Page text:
Tuesday, 14 December 2010

Rebus 5

After a detour into decidedly dodgy science fiction, I thought I'd get back onto more solidly reliable genre fare with Ian Rankin's Rebus number 5 novel, The Black Book.

I actually read this a month or so back, so can't actually remember all of the various ins and outs of the plot. Suffice to say that it was a satisfyingly twisty tale that dragged in present and past murders, a suspicious hotel fire, an attack on one of Rebus' closest colleagues, and the unveiling of Big Ger, an Edinburgh kingpin darkly hinted at in earlier novels. It also skilfully balanced these crime strands with the re-appearance of Rebus' brother, Michael, from prison and his on-again-off-again relationship with his doctor girlfriend, the appropriately-named Patience.

What was particularly pleasing about this book was that it really felt like Rankin has finally hit his stride with Rebus. With great economy of narrative and character, Rankin spins out his tale, and almost effortlessly reels in the reader. By this point in the series of novels, Rebus' character, and the world that he operates within, feels satisfyingly lived-in, like a comfortable pair of slippers. Previous books have been a lot less sure-footed, and Rankin has had to take the reader by the hand more, but here things flow much more easily - perhaps just because Rankin's world-building is more complete.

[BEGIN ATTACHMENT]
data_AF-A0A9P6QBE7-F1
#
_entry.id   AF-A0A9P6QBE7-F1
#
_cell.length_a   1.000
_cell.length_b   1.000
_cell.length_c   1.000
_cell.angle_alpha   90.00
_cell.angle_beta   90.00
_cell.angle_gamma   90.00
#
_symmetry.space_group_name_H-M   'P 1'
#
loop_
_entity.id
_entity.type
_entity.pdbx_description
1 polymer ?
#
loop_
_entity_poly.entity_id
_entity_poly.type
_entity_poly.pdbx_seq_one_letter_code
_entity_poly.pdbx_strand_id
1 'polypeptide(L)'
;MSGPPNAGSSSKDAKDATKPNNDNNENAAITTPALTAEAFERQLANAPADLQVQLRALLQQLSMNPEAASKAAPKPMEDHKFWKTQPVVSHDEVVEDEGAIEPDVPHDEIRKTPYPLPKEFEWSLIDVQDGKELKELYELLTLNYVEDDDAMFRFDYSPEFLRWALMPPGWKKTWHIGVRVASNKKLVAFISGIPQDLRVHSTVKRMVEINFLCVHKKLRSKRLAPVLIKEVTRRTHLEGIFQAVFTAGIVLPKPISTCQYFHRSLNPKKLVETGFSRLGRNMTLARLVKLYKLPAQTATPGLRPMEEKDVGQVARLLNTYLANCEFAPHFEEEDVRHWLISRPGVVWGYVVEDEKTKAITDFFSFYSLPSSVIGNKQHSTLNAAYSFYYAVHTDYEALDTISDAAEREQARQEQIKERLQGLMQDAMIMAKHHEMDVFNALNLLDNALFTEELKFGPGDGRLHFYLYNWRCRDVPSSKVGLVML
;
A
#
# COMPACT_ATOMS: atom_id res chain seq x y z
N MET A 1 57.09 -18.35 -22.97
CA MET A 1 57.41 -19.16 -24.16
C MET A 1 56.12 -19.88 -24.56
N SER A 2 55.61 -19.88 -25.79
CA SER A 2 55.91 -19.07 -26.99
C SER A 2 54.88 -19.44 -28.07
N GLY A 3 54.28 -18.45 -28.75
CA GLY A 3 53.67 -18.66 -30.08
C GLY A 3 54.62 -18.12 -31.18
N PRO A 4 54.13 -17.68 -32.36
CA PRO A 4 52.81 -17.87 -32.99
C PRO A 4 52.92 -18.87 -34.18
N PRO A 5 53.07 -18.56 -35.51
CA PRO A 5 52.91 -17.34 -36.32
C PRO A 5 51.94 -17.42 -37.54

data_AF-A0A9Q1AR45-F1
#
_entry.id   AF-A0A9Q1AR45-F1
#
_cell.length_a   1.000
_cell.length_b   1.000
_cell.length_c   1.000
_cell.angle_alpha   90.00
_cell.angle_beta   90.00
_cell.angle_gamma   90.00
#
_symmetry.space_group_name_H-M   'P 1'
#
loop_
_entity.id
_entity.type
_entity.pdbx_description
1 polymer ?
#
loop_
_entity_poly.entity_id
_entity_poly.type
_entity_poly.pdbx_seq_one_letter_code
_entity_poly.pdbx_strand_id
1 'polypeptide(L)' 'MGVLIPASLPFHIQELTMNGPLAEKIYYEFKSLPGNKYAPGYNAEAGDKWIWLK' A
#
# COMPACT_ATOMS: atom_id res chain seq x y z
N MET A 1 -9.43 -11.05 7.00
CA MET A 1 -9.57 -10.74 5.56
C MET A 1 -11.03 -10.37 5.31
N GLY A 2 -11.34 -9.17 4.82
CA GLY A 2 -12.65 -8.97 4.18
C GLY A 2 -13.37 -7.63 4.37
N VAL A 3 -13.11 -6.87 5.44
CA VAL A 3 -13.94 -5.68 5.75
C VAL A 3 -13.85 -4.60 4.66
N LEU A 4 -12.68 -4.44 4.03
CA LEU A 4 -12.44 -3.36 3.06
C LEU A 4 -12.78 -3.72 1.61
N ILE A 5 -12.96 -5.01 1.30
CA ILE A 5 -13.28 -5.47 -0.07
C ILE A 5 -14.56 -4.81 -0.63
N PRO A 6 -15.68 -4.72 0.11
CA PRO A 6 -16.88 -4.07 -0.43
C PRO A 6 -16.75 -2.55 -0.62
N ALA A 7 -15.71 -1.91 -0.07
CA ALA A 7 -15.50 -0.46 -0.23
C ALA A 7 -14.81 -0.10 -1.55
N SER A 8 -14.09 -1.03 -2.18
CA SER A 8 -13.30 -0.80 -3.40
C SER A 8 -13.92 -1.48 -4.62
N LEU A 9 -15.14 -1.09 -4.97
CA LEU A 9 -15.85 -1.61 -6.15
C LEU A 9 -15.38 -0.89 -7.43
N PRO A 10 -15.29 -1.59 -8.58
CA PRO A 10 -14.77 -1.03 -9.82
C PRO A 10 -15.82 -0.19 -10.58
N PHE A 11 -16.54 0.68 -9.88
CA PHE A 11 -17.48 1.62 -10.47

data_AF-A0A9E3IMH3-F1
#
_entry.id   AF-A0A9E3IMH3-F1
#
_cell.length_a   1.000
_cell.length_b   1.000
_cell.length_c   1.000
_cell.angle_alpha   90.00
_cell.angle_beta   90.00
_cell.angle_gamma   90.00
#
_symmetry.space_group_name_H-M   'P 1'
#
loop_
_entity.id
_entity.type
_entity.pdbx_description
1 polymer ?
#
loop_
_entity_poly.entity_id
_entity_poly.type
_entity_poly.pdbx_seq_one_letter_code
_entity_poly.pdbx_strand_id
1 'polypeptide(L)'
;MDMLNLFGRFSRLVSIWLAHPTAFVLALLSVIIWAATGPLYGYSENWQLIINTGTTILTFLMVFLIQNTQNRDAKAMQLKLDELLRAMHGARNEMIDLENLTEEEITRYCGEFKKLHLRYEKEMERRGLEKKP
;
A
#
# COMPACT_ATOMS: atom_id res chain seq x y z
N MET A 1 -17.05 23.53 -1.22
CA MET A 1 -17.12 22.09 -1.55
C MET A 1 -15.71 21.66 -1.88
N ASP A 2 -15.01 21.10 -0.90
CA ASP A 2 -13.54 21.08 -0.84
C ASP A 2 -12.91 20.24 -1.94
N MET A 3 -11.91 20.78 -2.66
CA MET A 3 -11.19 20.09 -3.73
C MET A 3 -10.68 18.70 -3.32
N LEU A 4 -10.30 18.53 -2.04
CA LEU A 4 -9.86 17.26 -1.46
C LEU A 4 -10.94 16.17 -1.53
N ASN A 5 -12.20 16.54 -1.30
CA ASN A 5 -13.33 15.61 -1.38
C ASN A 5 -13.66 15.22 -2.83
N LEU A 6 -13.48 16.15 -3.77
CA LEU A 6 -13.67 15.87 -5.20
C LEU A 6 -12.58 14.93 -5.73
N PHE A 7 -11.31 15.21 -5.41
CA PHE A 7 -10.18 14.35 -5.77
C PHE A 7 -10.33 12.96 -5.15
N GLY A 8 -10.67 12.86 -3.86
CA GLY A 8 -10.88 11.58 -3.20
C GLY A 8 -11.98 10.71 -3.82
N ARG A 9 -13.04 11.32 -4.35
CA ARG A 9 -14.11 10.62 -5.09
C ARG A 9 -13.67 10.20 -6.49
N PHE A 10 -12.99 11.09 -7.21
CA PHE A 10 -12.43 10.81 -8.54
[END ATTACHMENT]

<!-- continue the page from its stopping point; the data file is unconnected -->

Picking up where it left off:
Twelve novels to go.

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